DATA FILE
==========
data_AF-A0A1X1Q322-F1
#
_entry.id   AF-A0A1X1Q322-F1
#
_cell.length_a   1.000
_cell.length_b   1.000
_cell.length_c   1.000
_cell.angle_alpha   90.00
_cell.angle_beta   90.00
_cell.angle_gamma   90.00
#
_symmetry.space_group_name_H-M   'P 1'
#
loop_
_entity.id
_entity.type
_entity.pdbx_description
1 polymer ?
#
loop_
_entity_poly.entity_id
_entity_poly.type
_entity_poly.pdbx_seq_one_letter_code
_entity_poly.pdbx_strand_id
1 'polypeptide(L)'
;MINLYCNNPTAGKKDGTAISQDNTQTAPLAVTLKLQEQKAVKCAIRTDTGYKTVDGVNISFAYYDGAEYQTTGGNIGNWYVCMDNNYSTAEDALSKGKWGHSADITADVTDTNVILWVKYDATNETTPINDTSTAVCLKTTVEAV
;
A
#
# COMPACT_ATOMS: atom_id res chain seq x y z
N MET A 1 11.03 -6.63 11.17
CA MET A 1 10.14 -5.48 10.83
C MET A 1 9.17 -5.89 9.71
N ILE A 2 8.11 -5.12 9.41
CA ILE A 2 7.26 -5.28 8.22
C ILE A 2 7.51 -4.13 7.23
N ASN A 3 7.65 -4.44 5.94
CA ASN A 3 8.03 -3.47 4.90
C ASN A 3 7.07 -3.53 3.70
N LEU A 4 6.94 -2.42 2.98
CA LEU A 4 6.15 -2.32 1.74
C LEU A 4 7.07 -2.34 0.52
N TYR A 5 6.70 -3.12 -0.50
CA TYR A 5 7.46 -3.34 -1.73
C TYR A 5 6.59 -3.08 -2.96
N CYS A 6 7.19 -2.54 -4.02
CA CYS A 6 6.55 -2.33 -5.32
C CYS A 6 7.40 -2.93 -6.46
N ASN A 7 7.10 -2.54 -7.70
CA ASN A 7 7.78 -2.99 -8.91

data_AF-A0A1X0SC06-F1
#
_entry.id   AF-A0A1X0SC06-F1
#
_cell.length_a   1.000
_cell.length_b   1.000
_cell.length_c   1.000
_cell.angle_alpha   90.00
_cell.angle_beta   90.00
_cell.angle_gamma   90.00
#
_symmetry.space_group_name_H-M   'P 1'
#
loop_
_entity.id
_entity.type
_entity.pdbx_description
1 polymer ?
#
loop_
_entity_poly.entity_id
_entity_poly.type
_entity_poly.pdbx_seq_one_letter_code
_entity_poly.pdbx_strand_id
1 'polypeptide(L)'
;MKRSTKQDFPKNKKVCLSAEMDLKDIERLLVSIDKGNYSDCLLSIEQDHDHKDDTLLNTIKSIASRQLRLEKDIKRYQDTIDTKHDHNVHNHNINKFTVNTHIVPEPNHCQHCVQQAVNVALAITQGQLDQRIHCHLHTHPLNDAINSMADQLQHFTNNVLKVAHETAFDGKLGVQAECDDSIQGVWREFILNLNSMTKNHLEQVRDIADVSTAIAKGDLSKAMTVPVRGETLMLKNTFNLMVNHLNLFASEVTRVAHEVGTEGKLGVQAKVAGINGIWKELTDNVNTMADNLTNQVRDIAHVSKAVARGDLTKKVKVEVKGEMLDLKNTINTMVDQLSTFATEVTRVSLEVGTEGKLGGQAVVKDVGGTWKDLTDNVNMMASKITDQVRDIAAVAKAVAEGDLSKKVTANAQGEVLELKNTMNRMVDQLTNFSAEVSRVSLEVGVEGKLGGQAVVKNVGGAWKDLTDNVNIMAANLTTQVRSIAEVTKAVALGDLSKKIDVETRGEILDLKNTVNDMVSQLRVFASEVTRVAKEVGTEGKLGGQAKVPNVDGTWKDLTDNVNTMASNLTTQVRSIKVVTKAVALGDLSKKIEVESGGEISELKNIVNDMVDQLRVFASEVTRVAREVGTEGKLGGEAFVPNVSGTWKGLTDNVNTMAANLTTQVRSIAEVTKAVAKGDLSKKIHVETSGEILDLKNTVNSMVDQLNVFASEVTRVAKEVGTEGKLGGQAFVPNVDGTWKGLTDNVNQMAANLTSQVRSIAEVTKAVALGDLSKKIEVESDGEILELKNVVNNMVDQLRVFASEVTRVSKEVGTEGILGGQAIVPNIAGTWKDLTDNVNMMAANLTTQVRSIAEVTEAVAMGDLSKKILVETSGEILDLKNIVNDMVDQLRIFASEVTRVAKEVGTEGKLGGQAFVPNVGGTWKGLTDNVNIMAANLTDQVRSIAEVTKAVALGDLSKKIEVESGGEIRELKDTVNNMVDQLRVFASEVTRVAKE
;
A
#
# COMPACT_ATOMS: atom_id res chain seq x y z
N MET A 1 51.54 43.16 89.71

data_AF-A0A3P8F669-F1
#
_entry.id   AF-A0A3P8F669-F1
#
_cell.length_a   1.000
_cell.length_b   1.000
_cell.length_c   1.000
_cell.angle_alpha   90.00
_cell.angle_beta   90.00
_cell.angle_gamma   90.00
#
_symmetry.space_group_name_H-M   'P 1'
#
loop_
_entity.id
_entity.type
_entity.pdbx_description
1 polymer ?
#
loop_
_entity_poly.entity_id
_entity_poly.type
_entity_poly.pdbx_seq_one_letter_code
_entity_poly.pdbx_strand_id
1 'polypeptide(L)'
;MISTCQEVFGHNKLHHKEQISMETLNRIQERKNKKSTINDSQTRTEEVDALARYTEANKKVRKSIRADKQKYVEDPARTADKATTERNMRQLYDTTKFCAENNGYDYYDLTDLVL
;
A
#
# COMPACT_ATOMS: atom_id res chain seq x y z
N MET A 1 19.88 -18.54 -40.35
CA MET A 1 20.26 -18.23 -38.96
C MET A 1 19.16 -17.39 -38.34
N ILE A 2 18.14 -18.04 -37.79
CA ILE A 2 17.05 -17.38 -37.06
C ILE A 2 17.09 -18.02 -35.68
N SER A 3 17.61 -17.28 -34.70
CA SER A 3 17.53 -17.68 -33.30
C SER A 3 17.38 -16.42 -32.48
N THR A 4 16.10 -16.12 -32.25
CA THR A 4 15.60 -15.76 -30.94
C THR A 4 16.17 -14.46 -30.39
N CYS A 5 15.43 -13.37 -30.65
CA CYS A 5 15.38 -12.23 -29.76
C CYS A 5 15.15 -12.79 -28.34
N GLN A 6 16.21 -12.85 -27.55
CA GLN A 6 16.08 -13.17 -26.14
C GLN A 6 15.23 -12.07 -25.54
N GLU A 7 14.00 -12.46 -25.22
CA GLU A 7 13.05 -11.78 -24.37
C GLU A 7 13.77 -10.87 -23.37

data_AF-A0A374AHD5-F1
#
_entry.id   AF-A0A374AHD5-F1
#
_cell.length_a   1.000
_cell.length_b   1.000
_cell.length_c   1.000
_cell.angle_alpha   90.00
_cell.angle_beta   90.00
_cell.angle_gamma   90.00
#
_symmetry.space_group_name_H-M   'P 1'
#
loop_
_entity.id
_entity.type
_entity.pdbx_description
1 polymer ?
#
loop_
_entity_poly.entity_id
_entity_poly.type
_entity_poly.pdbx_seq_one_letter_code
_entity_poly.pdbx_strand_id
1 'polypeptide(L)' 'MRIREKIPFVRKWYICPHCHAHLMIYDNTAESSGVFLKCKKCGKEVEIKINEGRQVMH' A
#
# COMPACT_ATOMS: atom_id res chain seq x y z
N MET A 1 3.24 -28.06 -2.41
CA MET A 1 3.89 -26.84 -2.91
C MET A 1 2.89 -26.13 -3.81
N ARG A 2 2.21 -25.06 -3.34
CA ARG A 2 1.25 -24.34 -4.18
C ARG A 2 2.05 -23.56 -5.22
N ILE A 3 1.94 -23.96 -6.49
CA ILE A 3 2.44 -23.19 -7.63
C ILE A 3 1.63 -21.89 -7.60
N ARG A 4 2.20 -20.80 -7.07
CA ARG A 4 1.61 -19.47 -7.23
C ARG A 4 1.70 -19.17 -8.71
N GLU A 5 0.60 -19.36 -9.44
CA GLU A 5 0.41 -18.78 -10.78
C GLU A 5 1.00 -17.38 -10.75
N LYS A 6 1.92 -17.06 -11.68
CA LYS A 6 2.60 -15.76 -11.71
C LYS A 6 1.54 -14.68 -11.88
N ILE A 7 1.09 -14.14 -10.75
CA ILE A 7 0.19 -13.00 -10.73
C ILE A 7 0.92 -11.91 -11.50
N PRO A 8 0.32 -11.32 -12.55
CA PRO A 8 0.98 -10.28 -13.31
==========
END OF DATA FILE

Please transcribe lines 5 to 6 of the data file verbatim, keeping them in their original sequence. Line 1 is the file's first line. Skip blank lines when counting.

_cell.length_a   1.000
_cell.length_b   1.000